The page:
Should You Include Your Home In Your Equity?

Here is what I said about the mistake of including your home in your equity:

“You include your house in your assets. I often hear people describe their net worth in a conversation like this: “I have a house of $ 200,000 and investments of $ 800,000, so I have a net worth of $ 1 million. The problem with this description is that your home cannot independently generate income except as part of a reverse mortgage. which has its own twists and turns. Basically, owning a freehold home eliminates the need for you to have a housing expense – save, of course, for property taxes, insurance, and home maintenance costs. If you were to sell your house then you would need to use the money you generated to create an income stream to pay for your future living conditions, whether it be buying another house, renting a house or a move to an assisted living facility. “

Up arose a hue and a cry. I was called several things that would have made my old platoon sergeant blush. So let me explain my reasoning further and identify where you can include some of the value of your home in your heritage.

First, let’s assess why I have the position I occupy.

Net worth is defined as assets minus liabilities. Usually in your asset list you include cash, retirement funds, investments, etc. It is also customary to include the value of your home, a tactic suggested by many people. Liabilities are what you owe. Usually, you include student loans, mortgages, auto loans, credit cards, personal loans, and other debt as liabilities. Subtract what you owe from what you have and that is your net worth.

So if you bought a house worth $ 200,000 and you have a mortgage of $ 150,000, then you have $ 50,000 in equity. If you didn’t have a mortgage, you would have $ 200,000 in equity.

This is where people run into the mental barrier of not including equity in their net worth. Again, let’s assume you own your home for free and clearly. A lot of people just assume they could sell that house and have $ 200,000 in the bank – a liquid, usable asset. That is true. However, on the other side of the balance sheet, they would now have an incurred liability: housing costs. Having no house to live in, since it is sold, the person will have to find accommodation, either by renting it or by buying a new house. If the person was renting, then ideally the $ 200,000 could be invested in a way where the investment would provide enough money to make the rent payments. If the person were to buy a replacement home, the purchase price would likely come from that $ 200,000. Other than the exception that I will describe below, the person has not seen any increase or decrease in the ability to convert these assets into an income stream that allows them to buy anything other than a home.

There is an exception to this situation if the cost of replacement housing is less than the value of your current home. You will see this happen in two scenarios:

  • Your house value has increased significantly in value compared to where you would move to next. Maybe you are the kind of person who could make Ty Pennington blush with your handyman talent. You build pergolas for fun. Through your sweat and ingenuity, you have dramatically improved the value of your home for minimal expense. Now your house is worth a lot more than you paid for it.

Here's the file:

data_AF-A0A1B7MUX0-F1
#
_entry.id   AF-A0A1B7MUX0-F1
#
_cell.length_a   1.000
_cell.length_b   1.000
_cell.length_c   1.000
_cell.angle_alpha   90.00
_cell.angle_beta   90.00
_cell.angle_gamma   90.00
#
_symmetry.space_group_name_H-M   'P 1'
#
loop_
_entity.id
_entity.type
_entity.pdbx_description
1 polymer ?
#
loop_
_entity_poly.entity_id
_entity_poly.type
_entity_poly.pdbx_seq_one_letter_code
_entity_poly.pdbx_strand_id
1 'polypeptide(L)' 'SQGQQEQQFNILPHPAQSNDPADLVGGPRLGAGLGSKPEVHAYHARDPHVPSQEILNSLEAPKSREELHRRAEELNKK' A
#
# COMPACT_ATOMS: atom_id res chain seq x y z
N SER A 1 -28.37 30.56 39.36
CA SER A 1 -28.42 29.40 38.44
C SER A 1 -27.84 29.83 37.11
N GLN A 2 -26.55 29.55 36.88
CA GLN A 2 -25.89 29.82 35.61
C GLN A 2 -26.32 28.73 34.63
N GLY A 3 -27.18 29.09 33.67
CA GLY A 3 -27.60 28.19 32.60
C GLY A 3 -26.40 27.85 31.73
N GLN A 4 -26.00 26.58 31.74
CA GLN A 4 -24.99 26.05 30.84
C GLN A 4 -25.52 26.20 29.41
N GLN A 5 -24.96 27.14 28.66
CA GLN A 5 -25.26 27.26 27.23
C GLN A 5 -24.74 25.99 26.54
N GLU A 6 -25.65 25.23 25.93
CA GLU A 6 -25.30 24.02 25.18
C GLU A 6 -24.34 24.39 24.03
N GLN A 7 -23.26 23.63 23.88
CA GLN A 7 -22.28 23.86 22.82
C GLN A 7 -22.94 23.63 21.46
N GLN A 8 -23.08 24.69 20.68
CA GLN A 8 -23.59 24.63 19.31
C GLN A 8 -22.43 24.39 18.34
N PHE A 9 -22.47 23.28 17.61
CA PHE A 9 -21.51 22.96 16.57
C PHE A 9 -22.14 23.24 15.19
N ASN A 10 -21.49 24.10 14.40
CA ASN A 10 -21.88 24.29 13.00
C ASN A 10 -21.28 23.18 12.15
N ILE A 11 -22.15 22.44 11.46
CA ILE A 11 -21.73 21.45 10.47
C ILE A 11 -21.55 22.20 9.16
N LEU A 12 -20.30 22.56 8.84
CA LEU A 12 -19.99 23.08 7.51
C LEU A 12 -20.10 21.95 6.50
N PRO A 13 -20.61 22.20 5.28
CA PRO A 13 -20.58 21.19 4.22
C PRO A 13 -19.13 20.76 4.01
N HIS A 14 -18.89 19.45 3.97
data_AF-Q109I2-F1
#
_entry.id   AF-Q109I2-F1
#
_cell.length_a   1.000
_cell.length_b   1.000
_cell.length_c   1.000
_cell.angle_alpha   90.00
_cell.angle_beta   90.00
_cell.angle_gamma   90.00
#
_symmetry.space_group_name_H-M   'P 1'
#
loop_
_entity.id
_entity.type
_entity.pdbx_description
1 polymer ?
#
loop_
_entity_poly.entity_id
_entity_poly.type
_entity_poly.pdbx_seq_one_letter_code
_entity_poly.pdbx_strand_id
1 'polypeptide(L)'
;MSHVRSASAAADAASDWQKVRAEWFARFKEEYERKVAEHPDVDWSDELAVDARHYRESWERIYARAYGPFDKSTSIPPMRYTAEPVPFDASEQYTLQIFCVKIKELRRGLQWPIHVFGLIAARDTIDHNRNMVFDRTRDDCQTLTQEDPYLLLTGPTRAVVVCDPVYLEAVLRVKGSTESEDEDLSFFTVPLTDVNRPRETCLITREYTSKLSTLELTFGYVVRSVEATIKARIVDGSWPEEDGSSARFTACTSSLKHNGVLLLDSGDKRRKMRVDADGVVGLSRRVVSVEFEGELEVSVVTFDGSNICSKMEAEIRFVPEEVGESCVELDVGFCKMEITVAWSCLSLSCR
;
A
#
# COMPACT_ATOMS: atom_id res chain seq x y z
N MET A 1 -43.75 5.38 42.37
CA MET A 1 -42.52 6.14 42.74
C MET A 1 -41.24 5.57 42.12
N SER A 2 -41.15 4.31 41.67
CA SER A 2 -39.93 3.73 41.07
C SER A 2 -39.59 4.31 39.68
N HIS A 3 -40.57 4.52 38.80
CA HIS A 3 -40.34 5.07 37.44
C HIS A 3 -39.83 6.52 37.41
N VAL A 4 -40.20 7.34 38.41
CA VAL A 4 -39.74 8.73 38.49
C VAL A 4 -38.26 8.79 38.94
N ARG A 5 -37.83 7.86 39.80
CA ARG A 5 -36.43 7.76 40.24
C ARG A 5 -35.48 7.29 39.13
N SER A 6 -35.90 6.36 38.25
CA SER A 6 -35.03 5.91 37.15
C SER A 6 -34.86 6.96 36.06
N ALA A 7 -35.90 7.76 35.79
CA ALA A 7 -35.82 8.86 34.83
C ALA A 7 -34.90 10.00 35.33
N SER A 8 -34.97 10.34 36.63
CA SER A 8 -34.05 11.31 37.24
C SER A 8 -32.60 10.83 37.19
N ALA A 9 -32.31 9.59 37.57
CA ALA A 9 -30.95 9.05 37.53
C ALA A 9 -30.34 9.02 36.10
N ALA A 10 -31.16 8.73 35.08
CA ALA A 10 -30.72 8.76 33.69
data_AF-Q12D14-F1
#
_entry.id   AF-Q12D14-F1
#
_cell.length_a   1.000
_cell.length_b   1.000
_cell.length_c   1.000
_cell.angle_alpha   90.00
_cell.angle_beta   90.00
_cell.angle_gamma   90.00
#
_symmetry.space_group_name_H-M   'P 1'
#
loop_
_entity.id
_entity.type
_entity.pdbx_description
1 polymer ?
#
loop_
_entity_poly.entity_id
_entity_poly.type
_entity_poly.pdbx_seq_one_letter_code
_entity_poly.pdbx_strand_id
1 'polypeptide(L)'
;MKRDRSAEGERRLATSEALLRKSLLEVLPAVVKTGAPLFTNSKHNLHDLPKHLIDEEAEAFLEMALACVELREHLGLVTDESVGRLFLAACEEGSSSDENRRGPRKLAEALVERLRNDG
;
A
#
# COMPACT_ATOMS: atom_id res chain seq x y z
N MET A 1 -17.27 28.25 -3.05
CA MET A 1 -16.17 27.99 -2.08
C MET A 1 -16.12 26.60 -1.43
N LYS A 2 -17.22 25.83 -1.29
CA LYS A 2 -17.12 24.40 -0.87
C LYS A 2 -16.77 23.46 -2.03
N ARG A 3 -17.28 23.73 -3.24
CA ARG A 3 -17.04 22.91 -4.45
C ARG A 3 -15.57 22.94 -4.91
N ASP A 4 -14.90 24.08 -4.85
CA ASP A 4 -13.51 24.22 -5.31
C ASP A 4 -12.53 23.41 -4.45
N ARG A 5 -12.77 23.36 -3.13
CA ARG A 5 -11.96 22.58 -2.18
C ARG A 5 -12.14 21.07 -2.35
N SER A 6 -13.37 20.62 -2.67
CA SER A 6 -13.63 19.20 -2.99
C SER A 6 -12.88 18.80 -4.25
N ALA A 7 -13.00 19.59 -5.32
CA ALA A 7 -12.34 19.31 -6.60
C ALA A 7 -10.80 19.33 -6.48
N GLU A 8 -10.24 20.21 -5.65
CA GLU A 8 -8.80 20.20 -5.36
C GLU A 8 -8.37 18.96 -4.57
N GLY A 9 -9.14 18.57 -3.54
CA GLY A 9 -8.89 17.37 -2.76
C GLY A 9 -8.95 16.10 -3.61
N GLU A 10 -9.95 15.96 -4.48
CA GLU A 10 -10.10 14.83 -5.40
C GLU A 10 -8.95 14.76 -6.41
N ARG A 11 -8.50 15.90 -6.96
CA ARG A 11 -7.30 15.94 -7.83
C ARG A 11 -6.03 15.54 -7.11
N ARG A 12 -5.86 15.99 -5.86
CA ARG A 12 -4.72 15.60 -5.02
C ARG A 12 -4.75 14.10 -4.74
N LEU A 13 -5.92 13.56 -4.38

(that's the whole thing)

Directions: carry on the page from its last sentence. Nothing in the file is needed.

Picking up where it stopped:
• You’re downsizing. When you bought your house, you had three kids and four dogs, so you needed the room. Now the children are out of the house and you are an empty nest. While playing hide and seek in your home is fun, you realize that you don’t need as much space.
  • Either way, you won’t pay as much for your next home as you would for the current home. You have added value that you could potentially apply to your investments or current expenses. Remember, however, that real estate is illiquid and only worth what someone is willing to pay for it. The endowment effect can cause you to overvalue your home. Sites like Redfin and Zillow are great for giving you a rough estimate of your home’s value, but you’ll never really know until you have a signed contract.

    So how does this work out in real life? A study by Steven Venti and David Wise of the National Bureau of Economic Research showed that among older families, home equity is not used to increase consumption, but rather to respond to life shocks, such as death a spouse or moving. in a retirement house. The study shows that older families who are ‘housing rich and money poor’ tend to downsize when they sell their homes, but, in general, older families do not use the homes as an investment. . Instead, they “buy houses to provide an environment in which to live, even as they age into retirement.”

    If you count the value of your home as part of your equity, remember to factor in the reverse reaction when you sell: you’ll have to pay for replacement housing. If you are considering downsizing, I suggest that you only count the difference between the price at which you can sell your current home and the cost of a replacement home. However, if you don’t, I wouldn’t count my house in my equity because selling it will generate a real estate liability on the other side of your balance sheet.

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    About Dawn Valle

    Dawn Valle

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